The way Philadelphia’s Council district map is drawn has real and lasting consequences for how and whether democracy works in the city.
If the map, up for revision this fall due to the 2010 Census, gets drawn as badly as it was in 2001, these are the likely results for the next 10 years:
Council elections will not be competitive.
Cozy incumbents won’t need to fear the lash of unhappy voters.
Neighborhoods will become splintered and confused, unclear which Council member to turn to in time of need.
The City Council faces a deadline this month to approve a new map, or risk losing salary. So it is racing to complete the task, with only perfunctory public input and little sunshine.
To create an avenue for meaningful public input, WHYY/Newsworks joined with some partners to sponsor a contest for the best voter-drawn maps of Council’s 10 districts. The partners were: Azavea, the mapping firm in town whose software enabled the contest; the Daily News editorial board, and the Penn Project for Civic Engagement.
Seven winning sets of lines
Today, we present seven maps, out of the 70 valid entries submitted, as winners of that contest. (See slideshow.) Tonight, we’ll present the winning maps to City Council at its final redistricting hearing, at 7 at Einstein Medical Center.
The overall winning map was submitted by John Attanasio of Philadelphia. He wins $500. The judges _ Robert Cheetham and Abby Fretz of Azavea, Sandy Shea and Doron Taussig of the Daily News, and me – felt that his map did the best job of balancing the goals of compactness and equal population among districts, while keeping most neighborhoods intact in a district, and dividing few political wards.
Here’s what Attanasio, a lawyer who works in the nonprofit field, had to say about the goals he sought to embody in his map:
“My plan places the highest value on compactness and community integrity. … I also sought to avoid splitting racial and ethnic communities. My plan thus has one district with a majority Hispanic voting age population. It also has four districts with a majority black voting age population. … No gerrymandering was required for these results.”
Attanasio also said, along with many others who submitted maps, that he paid no attention to a set of data that’s probably top of mind for Council members as they concoct their map: the home addresses of Council incumbents. “These are not in my view legitimate considerations for redistricting,” Attanasio wrote.
All maps were rated, according to Azavea formulas, on three criteria: compactness, that is avoiding jagged lines and keeping districts from sprawling; equal population among districts; and avoiding splits of wards and neighborhoods.
We also awarded prizes for the maps that did the best job on each of those criteria; these three winners will all receive Kindles.
Compactness: A team led by Frederic Murphy of Philadelphia, with Steven Kimbrough, Ram Gopalan and Nicolas Quintus.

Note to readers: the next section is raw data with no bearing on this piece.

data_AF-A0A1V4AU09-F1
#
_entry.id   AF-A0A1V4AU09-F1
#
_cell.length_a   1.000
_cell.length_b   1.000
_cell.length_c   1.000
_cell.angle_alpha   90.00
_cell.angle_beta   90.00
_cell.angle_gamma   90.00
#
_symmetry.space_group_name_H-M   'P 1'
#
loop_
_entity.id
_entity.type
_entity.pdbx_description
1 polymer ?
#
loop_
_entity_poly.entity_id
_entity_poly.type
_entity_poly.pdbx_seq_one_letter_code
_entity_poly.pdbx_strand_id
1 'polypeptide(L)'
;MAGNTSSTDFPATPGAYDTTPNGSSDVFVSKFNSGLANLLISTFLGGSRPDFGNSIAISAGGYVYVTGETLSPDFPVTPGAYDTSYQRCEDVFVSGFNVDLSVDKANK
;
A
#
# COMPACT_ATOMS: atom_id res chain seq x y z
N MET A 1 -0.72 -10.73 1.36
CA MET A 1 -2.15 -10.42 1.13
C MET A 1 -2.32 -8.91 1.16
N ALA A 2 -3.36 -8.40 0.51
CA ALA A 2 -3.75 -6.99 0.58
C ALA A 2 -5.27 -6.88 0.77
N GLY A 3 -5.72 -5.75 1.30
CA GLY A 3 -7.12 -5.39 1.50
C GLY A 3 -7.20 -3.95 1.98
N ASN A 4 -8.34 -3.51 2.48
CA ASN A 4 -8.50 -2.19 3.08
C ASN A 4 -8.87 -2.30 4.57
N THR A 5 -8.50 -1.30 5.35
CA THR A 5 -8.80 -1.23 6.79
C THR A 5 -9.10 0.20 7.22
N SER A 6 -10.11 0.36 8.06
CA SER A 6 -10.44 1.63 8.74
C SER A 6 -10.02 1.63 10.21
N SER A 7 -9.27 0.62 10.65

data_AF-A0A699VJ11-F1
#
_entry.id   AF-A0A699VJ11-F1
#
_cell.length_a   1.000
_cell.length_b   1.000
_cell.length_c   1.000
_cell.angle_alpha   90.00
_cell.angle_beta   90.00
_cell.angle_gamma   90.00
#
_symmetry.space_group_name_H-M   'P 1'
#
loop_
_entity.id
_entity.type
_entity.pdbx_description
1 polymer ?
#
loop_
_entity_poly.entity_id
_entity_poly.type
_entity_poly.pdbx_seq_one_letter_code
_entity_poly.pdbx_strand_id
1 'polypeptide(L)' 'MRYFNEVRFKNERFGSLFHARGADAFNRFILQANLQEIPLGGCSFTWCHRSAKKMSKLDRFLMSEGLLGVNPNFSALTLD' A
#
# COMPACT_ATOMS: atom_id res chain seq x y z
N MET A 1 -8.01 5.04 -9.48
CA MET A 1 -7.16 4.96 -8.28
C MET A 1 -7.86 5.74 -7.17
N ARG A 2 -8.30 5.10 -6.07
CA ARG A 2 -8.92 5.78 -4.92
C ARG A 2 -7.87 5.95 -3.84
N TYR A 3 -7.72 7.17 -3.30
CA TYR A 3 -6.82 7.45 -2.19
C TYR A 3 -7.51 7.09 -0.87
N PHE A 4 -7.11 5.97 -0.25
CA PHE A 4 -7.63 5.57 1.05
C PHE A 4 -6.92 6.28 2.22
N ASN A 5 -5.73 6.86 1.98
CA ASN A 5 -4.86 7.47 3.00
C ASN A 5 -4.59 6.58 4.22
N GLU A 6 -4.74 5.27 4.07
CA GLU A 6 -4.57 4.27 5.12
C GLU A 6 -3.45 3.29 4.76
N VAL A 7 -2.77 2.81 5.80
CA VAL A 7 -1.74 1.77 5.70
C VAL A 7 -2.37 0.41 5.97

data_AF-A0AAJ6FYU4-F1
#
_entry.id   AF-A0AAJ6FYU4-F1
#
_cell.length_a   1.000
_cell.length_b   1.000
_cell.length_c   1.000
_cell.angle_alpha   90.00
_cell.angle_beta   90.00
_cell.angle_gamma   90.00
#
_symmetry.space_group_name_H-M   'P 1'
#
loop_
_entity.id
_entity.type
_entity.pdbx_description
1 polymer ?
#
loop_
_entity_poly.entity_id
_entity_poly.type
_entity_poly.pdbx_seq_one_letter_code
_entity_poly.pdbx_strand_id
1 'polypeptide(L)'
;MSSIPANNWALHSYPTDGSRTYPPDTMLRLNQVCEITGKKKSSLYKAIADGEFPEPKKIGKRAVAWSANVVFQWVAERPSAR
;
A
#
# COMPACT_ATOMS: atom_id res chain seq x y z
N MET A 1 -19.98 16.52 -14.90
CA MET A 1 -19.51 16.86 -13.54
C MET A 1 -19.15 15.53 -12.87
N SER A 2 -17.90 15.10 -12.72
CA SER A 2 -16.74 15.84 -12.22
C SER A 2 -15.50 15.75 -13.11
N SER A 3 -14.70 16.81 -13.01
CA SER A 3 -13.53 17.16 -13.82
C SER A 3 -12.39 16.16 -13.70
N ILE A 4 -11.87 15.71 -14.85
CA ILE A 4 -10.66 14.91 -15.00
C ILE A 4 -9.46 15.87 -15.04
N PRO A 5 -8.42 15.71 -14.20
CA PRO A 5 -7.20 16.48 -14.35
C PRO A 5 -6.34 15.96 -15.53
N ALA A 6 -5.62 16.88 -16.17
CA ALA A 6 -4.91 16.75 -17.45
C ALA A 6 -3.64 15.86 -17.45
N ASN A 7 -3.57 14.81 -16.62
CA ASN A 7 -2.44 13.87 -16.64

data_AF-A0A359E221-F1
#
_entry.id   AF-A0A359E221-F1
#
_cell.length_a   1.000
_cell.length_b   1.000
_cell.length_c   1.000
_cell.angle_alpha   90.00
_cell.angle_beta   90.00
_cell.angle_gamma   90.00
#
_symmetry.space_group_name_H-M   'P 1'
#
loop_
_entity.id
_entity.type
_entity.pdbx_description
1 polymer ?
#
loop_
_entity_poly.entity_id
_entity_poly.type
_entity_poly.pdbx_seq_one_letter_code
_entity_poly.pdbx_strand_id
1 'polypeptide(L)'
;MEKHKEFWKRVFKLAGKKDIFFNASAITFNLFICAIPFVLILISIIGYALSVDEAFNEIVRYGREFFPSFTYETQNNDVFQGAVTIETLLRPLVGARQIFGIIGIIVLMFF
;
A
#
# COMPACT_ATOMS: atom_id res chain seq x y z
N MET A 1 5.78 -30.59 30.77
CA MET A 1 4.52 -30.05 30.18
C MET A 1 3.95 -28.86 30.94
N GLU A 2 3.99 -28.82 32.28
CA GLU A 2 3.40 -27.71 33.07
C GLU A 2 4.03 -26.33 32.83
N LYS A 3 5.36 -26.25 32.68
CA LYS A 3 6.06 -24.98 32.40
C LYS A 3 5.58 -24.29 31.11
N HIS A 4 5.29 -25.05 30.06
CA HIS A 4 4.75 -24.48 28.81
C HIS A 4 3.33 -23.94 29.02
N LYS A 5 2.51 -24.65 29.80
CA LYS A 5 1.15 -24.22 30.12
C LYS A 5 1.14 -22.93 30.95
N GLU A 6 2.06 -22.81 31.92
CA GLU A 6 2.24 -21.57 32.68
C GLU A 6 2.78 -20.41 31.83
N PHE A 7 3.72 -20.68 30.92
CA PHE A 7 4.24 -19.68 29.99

Equal population: Cris Aquilar of Philadelphia. His plan, dubbed “Next Generation,” focused on preserving neighborhoods and respecting natural boundaries, such as watersheds.
Avoiding ward splits: Steve Horton of Philadelphia. Horton noted one of the embedded tensions of the exercise. In seeking to preserve wards, he found it very hard to keep population equal among districts, since ward lines no longer reflect the makeup of the city.
We also awarded three honorable mentions for maps that we thought pursued valid goals in interesting ways.
One was the product of a group effort. The Asian Pacific Americans for Progress team led by Andy Toy, a two-time Council candidate, sought to create a clear, compact map while enhancing the voting power of the city’s Asian community.
The other mentions went to Gary Zielonis of Erie, who said the contest gave him something o do while recovering from surgery, and Bonan Li of Philadelphia, whose plan strived to “preserve minority voting rights.”
Challenges and tensions
It was fascinating to see both the similarities among maps – as contestants struggled with some similar challenges – and the differences, as various maps upheld certain values or goals at the expense of others.
Some of the key challenges:
The immigrant-driven growth in Northeast Philadelphia’s population. No longer can you just create a “Northeast” district and a “river ward” district, and still meet the goal of balancing population. Compounding the challenge would be any desire to create an Hispanic majority district, since that population is concentrated in the lower Northeast or neighborhoods near there.
Do you keep Center City intact as one district? Contestants who live in the city’s vibrant center tended to want to do that, since they feel the way the current map divides Center City among three Council members ill serves its residents. Maps drawn by people from elsewhere were more likely to divide Center City, often at Broad Street. Some maps tried to pair west Center City up with University City (the eds and arts district?), while others tacked gentrifying neighborhoods such as Northern Liberties and Queen Village onto the center.
Do you try to keep like socioeconomic neighborhoods together, to create a clear voice for the dispossessed, or do you connect them to more affluent neighborhoods, which tend to have more clout?
The total of 70 entries that met all legal and contest requirements for a valid map does not convey fully the interest this project generated.
More than 100 people attended an information session on the Azaava software in August. More than 1,200 maps were started on FixPhillyDistricts.com by more than 400 people. Some people and teams did many maps before submitting to the contest the one they liked best.
For more detailed information on these winning maps, and all the others, go to www.FixPhillyDistricts.com.